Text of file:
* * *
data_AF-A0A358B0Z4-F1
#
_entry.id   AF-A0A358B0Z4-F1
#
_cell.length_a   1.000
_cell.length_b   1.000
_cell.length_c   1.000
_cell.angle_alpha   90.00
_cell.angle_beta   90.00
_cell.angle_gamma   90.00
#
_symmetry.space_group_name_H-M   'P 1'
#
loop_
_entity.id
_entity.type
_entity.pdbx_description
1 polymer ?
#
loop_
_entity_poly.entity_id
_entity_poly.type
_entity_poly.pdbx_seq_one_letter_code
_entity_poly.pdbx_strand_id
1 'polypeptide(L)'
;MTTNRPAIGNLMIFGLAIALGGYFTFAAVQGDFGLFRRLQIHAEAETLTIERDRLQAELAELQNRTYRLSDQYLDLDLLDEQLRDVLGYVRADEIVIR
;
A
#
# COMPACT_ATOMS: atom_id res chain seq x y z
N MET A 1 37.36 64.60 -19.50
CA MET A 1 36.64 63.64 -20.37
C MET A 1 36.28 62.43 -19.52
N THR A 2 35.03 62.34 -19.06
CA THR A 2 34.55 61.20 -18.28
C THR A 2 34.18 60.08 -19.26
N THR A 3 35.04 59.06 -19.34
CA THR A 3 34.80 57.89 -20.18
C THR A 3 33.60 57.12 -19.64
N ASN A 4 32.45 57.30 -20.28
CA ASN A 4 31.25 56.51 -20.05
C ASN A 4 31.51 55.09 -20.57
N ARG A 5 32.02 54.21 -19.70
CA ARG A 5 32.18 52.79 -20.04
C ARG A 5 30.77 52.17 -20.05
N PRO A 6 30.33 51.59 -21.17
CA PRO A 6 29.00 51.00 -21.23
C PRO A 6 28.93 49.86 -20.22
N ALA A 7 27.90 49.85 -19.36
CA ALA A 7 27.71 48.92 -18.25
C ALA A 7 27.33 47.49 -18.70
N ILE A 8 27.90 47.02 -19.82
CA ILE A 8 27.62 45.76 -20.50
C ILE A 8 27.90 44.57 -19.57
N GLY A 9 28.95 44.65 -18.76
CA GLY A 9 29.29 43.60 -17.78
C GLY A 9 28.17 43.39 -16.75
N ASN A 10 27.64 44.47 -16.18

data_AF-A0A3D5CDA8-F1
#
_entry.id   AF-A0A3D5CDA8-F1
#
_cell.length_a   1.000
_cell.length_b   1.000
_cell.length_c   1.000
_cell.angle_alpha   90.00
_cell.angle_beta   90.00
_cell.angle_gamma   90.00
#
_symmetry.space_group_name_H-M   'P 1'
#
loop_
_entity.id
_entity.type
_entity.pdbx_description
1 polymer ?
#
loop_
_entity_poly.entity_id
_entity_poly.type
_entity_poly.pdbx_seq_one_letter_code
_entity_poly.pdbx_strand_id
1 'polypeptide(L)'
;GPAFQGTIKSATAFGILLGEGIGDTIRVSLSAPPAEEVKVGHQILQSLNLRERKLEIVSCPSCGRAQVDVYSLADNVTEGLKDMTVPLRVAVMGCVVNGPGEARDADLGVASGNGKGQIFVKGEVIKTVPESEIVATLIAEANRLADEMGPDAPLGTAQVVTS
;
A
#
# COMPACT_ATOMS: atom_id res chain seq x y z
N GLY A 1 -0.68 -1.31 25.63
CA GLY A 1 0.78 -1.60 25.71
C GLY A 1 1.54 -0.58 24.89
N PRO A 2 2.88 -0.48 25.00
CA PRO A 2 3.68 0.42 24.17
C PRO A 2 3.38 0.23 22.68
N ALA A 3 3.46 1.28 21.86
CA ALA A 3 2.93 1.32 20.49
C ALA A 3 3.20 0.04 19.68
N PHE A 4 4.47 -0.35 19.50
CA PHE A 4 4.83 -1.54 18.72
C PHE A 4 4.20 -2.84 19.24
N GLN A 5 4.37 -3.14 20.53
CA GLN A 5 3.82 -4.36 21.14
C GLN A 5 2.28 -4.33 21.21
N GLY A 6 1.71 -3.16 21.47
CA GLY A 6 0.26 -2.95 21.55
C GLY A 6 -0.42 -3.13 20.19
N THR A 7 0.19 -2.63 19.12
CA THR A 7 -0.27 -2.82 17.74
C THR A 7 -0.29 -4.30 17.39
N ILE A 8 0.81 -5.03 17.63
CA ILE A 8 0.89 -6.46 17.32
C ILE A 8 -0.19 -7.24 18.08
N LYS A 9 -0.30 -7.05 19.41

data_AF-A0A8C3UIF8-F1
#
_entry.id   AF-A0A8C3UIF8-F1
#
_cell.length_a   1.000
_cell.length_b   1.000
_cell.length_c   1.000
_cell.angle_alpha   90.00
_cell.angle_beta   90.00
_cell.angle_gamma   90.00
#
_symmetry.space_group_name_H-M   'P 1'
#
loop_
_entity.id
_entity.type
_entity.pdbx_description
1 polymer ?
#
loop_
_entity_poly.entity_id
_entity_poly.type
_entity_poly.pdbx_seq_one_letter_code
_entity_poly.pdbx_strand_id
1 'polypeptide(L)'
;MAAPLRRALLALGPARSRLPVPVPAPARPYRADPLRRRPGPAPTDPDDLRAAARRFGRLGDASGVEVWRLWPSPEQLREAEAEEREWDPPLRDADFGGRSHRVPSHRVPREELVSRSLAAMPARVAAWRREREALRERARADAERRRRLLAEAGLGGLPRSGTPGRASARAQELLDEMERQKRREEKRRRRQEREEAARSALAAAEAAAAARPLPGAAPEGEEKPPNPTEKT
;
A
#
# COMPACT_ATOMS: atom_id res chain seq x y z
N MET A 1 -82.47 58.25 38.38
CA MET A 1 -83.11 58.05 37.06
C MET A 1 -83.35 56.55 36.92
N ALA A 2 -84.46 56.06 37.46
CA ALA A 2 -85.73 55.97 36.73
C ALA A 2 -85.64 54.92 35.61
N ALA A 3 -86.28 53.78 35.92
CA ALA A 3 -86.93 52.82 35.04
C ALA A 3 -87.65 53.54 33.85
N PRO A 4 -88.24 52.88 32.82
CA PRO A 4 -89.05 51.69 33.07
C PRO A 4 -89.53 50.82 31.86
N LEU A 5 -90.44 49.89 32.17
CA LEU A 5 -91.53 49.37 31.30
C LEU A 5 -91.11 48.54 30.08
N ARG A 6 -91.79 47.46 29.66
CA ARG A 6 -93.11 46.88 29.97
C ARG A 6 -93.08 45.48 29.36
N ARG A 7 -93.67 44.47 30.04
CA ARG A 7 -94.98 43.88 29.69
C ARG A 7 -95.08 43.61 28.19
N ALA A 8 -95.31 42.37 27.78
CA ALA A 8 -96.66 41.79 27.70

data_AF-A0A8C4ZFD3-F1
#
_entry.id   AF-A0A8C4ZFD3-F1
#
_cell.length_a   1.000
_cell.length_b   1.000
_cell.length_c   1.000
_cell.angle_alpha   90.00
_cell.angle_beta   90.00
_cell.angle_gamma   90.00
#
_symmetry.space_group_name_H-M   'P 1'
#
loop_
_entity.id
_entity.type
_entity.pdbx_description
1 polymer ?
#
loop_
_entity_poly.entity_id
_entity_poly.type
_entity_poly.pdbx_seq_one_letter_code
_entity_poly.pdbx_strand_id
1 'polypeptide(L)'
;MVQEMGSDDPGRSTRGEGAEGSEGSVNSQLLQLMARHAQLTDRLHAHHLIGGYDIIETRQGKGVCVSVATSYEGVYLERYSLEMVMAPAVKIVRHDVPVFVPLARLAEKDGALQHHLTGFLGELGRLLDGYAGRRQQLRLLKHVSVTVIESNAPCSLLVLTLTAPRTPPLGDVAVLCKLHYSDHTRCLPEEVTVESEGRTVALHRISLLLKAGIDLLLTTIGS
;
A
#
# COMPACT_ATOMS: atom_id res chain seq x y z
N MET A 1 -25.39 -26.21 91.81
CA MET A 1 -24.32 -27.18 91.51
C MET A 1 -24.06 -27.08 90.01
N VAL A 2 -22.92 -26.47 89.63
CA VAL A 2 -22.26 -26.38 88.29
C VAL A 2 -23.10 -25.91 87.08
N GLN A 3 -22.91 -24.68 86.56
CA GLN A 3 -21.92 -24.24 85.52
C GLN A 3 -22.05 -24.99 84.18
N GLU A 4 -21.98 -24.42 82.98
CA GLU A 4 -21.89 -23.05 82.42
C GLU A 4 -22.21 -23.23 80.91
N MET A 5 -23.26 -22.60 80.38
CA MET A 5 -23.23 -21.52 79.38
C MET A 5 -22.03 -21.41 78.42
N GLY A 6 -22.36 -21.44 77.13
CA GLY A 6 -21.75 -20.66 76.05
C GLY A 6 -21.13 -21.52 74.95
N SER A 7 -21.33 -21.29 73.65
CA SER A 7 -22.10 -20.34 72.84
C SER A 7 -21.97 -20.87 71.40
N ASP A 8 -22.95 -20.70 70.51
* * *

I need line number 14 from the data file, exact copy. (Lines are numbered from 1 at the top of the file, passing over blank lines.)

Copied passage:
loop_